In its report "Warehouse Management Systems Worldwide Outlook Study," ARC says that the first signs of the recession in the WMS market began to emerge in 2007, but the sales of warehouse management systems dipped only slightly in 2008 against the previous year, thanks to previously initiated projects.
By 2009, the backlog was gone, says Steve Banker, service director for supply chain management at ARC and principal author of the report. "The market has lost five years of market growth. The global 2005 WMS market was bigger than the market in 2009."
Consolidation Fails to Occur
Despite the woeful performance of the WMS market, there was little consolidation in the market. Maintenance revenues served as a key firebreak in this market, helping to keep the market afloat. For a software company, the largest costs are in labor. The combination of maintenance revenues, downsizing and wage reductions kept suppliers financially solvent, according to ARC.
Even in bad markets, it is often possible to find segments that are continuing to grow. In the WMS market, software-as-a-service (SaaS) multitenant and hosted solutions continue to be an area of growth. This niche is experiencing double-digit growth, albeit from a small base.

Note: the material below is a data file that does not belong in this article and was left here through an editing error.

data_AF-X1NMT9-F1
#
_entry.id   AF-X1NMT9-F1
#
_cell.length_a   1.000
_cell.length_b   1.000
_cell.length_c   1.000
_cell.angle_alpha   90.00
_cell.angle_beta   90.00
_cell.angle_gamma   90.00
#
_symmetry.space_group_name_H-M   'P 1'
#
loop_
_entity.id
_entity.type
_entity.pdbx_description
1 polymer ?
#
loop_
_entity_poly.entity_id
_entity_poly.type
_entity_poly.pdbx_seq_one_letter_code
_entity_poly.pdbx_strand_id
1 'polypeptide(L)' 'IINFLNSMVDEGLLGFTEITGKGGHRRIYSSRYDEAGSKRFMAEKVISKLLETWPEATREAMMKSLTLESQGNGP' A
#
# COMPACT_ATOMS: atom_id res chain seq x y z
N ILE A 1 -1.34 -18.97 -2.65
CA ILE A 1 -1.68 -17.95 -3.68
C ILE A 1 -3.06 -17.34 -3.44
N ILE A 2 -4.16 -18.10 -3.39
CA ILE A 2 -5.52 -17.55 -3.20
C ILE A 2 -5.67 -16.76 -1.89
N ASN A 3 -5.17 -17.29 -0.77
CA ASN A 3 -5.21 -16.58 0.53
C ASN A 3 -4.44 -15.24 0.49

The good news, ARC adds, is that the global recession is coming to an end. But much uncertainty remains, including the risk of a double-dip recession. Questions also remain as to whether growth will return to prerecession levels or remain lower than the global growth seen before the recession. On the other hand, will there be a surge in pent up demand?
In laying out its macroeconomic and market specific analysis and model, ARC forecasts growth in the WMS market, although at lower than average historical rates.
More information on this study is available at www.arcweb.com/res/wms.